the fact that he waited until just before the mission, when he was sure no one else was going
to help Pottsy. This is not the only thing we discussed in different points of views. For
example the other three Sea Shepherds we choose to talk about, Kim McKoy (the excutive
director), Peter Hammerstedt (second mate) and Scott Bell (medical officer) made an
impression to three of our team members as the realistic part of the team who care more about
the facts and think more logically, whilst the other member of our team saw them as ones who
were the most worried about Pottsy and Giles. Our team also came up with different opinions
about the goal of the Sea Shepherds. Basically we had two theories:
1) The people in the show just use the attention from the mass media to attract more
popularity and greater ratings to the documentary.
2) The Sea Shepherds use the mass media as a tool to attract more attention to the problem
and to stop the Japanese from killing whales.
Last but not least we created different images of the key factors that keep the Sea Shepherds
motivated, how differences of the members impact their interactions among each other. For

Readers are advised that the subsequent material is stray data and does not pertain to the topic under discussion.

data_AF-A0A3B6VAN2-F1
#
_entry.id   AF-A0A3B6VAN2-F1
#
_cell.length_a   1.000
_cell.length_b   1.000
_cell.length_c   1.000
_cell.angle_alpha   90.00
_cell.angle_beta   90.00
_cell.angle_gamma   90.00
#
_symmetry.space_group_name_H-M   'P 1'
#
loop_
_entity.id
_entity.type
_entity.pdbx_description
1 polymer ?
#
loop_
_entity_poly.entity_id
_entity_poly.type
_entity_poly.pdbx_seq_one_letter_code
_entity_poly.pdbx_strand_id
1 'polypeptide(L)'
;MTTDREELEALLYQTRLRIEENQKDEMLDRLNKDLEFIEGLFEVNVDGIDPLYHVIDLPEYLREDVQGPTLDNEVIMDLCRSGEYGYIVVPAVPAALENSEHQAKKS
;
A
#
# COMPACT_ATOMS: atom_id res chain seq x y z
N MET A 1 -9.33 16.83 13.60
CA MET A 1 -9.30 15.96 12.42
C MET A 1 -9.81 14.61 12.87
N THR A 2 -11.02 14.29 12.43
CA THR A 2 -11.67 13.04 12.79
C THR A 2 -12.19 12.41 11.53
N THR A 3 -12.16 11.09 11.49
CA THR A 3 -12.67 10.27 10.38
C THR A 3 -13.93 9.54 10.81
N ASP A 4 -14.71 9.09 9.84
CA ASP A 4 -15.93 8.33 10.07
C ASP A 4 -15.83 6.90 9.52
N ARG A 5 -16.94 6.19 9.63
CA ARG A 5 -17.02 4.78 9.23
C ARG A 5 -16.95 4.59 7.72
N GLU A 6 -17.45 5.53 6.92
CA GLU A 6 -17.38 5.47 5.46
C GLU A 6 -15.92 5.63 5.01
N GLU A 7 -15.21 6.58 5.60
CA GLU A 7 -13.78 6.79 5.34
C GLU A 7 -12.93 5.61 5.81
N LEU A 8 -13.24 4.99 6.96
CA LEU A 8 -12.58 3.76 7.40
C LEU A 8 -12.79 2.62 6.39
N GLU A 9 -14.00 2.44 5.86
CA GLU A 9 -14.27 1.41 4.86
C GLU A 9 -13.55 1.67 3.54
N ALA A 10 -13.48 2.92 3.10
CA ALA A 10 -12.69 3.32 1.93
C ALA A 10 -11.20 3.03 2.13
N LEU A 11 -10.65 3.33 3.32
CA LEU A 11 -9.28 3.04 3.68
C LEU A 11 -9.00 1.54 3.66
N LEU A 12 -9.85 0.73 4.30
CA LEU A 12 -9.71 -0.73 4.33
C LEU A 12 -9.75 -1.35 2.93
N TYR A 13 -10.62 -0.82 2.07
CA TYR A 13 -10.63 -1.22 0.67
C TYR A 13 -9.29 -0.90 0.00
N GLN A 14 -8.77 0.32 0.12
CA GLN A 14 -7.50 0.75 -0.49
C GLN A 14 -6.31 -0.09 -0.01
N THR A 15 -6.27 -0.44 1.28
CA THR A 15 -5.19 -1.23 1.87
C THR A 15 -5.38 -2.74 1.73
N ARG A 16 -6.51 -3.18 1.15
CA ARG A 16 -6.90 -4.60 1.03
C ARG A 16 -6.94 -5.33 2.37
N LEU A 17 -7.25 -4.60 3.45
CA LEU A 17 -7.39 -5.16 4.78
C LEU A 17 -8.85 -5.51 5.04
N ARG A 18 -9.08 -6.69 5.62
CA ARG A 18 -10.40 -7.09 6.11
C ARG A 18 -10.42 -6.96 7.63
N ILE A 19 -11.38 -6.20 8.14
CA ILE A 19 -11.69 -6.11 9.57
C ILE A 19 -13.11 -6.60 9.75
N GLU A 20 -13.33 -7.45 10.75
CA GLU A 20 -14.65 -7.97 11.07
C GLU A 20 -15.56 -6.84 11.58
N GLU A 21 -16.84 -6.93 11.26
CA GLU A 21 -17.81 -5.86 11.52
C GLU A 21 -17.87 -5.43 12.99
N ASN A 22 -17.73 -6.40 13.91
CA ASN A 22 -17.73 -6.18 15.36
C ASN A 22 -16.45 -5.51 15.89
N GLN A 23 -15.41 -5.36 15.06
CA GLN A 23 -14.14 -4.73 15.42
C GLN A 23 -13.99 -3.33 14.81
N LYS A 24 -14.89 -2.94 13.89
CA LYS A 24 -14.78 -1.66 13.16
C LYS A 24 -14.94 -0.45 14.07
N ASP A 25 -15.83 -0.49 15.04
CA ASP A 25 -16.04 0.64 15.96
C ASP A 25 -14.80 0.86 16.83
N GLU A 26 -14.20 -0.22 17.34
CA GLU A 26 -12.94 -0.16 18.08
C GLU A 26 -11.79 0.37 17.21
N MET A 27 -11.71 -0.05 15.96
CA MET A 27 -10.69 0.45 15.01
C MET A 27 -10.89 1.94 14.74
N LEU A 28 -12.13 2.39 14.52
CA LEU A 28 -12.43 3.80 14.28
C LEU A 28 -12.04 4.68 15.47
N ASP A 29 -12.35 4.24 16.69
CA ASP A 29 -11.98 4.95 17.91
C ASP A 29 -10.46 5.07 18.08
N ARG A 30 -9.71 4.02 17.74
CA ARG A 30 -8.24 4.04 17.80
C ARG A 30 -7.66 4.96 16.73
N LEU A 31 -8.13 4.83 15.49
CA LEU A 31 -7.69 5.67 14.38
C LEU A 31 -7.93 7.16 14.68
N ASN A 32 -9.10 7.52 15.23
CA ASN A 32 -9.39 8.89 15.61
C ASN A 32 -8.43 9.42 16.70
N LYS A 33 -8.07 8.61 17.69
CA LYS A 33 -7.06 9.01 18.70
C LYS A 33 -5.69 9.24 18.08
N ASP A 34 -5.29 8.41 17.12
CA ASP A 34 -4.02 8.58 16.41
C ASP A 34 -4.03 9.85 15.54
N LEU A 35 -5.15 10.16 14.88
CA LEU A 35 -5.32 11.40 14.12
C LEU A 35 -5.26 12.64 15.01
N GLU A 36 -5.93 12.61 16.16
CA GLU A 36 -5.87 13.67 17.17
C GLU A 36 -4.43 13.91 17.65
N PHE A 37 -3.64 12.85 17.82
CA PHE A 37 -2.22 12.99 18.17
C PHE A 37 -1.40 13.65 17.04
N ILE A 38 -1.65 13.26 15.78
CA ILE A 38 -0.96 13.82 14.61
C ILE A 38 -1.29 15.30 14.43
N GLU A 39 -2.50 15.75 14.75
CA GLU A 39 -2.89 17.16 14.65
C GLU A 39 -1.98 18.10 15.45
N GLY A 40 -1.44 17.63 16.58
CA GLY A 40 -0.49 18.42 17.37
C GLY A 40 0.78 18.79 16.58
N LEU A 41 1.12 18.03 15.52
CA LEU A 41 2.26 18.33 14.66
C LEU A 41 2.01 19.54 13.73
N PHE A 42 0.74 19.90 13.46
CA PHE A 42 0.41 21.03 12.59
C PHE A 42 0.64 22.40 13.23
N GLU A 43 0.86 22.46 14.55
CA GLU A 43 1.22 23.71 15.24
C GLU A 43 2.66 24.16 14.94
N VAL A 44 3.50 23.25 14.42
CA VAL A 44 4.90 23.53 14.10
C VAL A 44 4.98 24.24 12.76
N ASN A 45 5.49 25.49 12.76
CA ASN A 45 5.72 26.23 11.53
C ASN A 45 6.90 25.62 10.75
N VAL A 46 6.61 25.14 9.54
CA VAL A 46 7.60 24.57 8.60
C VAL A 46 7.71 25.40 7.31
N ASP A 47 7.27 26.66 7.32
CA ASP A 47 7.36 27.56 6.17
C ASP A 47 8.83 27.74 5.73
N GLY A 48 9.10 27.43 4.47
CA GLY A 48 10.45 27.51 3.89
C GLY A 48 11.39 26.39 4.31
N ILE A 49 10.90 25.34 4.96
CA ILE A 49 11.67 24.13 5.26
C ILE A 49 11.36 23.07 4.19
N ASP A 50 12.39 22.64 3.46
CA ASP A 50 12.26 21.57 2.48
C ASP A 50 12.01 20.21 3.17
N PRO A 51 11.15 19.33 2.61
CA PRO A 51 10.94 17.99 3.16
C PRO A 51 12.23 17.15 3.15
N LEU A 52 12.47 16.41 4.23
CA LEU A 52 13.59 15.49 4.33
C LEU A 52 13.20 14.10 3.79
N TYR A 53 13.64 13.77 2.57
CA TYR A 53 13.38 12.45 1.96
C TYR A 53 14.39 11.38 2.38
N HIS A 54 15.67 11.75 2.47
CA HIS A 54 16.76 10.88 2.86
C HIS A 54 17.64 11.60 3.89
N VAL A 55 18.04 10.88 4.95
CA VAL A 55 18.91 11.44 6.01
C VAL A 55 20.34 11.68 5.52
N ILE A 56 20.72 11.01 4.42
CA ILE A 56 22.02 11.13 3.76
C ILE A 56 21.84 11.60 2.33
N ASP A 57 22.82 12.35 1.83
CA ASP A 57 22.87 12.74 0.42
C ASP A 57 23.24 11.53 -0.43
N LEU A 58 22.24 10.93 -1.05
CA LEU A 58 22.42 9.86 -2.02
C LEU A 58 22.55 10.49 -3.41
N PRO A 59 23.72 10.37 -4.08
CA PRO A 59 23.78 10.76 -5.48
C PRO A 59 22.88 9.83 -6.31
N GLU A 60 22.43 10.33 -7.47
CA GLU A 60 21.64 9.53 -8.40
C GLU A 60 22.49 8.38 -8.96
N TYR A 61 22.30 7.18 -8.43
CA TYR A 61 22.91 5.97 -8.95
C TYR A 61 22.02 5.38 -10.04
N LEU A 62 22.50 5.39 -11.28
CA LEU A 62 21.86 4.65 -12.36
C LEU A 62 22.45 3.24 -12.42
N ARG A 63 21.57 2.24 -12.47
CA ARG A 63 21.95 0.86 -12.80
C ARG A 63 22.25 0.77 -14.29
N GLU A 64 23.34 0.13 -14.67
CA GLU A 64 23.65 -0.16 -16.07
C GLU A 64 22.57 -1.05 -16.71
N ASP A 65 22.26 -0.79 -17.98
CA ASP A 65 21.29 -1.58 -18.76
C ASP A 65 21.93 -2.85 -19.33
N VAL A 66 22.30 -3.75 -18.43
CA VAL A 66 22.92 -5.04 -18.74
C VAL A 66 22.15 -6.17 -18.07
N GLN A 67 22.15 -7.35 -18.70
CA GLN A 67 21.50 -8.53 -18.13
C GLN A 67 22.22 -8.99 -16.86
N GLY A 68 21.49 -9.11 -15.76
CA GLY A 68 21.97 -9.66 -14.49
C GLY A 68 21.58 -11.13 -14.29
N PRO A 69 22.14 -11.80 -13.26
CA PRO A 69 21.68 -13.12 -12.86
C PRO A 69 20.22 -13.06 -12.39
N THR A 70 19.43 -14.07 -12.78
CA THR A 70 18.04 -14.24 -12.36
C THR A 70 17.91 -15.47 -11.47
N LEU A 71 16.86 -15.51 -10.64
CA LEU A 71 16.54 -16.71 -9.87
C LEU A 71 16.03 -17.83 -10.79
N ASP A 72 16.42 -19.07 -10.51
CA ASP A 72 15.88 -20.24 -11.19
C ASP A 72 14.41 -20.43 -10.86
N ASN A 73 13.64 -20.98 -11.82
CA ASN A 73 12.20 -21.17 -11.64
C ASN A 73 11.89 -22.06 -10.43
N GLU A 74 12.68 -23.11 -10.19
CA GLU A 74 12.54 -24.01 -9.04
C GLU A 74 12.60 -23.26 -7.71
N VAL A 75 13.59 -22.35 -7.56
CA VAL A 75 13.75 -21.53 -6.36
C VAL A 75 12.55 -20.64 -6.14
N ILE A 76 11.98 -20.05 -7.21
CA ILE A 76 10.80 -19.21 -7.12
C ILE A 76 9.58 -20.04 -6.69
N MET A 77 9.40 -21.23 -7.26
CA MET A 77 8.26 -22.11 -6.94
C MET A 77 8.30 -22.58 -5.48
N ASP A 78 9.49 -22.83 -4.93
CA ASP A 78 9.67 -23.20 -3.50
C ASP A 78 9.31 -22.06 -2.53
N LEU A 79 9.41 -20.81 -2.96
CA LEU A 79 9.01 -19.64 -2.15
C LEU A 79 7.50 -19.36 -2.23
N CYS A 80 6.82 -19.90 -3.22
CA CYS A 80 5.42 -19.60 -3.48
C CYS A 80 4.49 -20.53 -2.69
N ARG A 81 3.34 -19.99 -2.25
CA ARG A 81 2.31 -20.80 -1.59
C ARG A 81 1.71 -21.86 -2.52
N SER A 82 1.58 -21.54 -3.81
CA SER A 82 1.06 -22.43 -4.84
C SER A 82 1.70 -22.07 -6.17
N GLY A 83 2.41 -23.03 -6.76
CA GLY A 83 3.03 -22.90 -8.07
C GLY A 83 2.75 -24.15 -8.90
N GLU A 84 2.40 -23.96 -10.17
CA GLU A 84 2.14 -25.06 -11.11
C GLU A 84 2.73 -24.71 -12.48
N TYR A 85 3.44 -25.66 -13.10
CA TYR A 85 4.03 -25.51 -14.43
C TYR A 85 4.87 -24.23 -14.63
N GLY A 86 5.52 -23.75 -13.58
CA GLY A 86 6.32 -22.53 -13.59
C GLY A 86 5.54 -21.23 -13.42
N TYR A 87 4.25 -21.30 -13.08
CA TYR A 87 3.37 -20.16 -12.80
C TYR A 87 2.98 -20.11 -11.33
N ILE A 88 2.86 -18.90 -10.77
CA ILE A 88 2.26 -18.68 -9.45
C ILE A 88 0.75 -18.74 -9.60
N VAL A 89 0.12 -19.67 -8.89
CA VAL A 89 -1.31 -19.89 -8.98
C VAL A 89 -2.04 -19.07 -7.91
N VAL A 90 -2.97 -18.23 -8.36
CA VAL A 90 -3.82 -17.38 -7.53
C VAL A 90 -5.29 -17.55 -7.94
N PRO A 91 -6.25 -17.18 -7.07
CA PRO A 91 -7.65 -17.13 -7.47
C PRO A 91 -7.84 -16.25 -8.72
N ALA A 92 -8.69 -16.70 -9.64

example, we noticed that their motivation is limited by their own beliefs and not all of them
are willing to risk their lives for the whales (based on the lack of volunteers for the mission).
In this case lifelong experience and personal determination come as factors that determine and show how motivated a member is and what role in the group he takes (for example, Paul
Watson, the captain, spent his whole life working towards Greenpeace goals). While half of

our group agreed that this causes a chain reaction to the way group members talk with each
other, as in, the longer your work here, the more respect you earn for yourself and the less
respect you are obliged to show to others (based on the captain’s psychological portrait).
Others came up with a different idea – that their interactions with other team members are
based on their professions. For example, the medical officer, Scott Bell, is not only a doctor
but his whole lifestyle is devoted to taking care of others.

Discrimination &

In general, one can say that each team member is individual and presents his individual